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Say Cheese! Satellite-Imaging Startup Will Photograph Earth Daily

Oct 28, 2016 05:54 AM EDT
Satellite Photo Of Iran's Bushehr Reactor
A satellite-imaging startup called Planet aims to make global change transparent by photographing the Earth daily and making the images available to the public.
(Photo : Images)

A new startup company will photograph the Earth every day and share images to the public to promote global change transparency.

After two years in the business, the satellite-imaging startup Planet is now capturing images of over 50 million square kilometers of the Earth every day, which is about one-tenth of the whole world's surface area or more than a third of its 149 square kilometers of land, Quartz reports. In September 2016 alone, the company has already photographed 91 percent of the planet's landmass.

During an address to the United Nations Sustainable Development Summit on Sept. 27, 2015, Will Marshall, co-founder and CEO of the startup, said that they aim to make global change visible, accessible, and actionable for everyone.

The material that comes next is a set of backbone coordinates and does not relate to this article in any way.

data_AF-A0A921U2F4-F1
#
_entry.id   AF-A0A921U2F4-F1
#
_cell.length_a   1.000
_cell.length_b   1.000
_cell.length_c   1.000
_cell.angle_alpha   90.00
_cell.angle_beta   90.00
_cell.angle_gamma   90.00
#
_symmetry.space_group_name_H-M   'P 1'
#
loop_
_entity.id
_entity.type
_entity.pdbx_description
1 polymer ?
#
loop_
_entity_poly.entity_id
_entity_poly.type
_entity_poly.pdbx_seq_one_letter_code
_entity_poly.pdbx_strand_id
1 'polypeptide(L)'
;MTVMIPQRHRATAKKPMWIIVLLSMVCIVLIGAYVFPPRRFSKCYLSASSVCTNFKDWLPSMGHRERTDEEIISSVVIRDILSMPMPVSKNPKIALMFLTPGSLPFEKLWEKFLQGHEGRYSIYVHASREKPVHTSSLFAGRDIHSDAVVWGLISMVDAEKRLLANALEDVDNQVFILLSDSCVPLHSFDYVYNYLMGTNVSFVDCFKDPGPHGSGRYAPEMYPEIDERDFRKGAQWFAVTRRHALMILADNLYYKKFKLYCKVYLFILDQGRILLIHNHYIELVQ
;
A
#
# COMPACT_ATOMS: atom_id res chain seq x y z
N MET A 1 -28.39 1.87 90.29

Using its network of tiny, inexpensive satellites hovering 400 or 500 kilometers above the Earth. Planet captures images of the Earth. The company makes these images available to the public by offering the basic access for free, while premium accounts are for data of higher quantity and quality.

"We miniaturized these little satellites, and we put them up [in space] in large fleets in order to image the planet, with their little cameras going around the Earth," Marshall said during the Bloomberg Technology Conference. "We've put up 133 of these satellites. It's the largest fleet of satellites doing Earth imaging in history, and the goal is to image every single point on the Earth's surface every day."

The satellites are about the size of a loaf of bread, which could capture about 9.8 feet of resolution per pixel and can be refined to as precise as tracking every tree on the planet, Live Science reports. Collectively, they move around the Earth like the head of a scanner, capturing images of the planet as it rotates.

Planet has already shared its data with organizations: Amnesty International used the imagery to track refugee camps in Syria, Descartes Lab uses the data to develop machine-learning technology to be used to forecast land-use trends for farmers, the Monitoring of the Andean Amazon Project also found illegal mining and deforestation in Peru through the imagery, and Orbital Insight used the data to provide an analysis of seaports to their investors.

Just recently, the company signed a deal with the National Geospatial Intelligence Agency - the federal government's source of geospatial intelligence.

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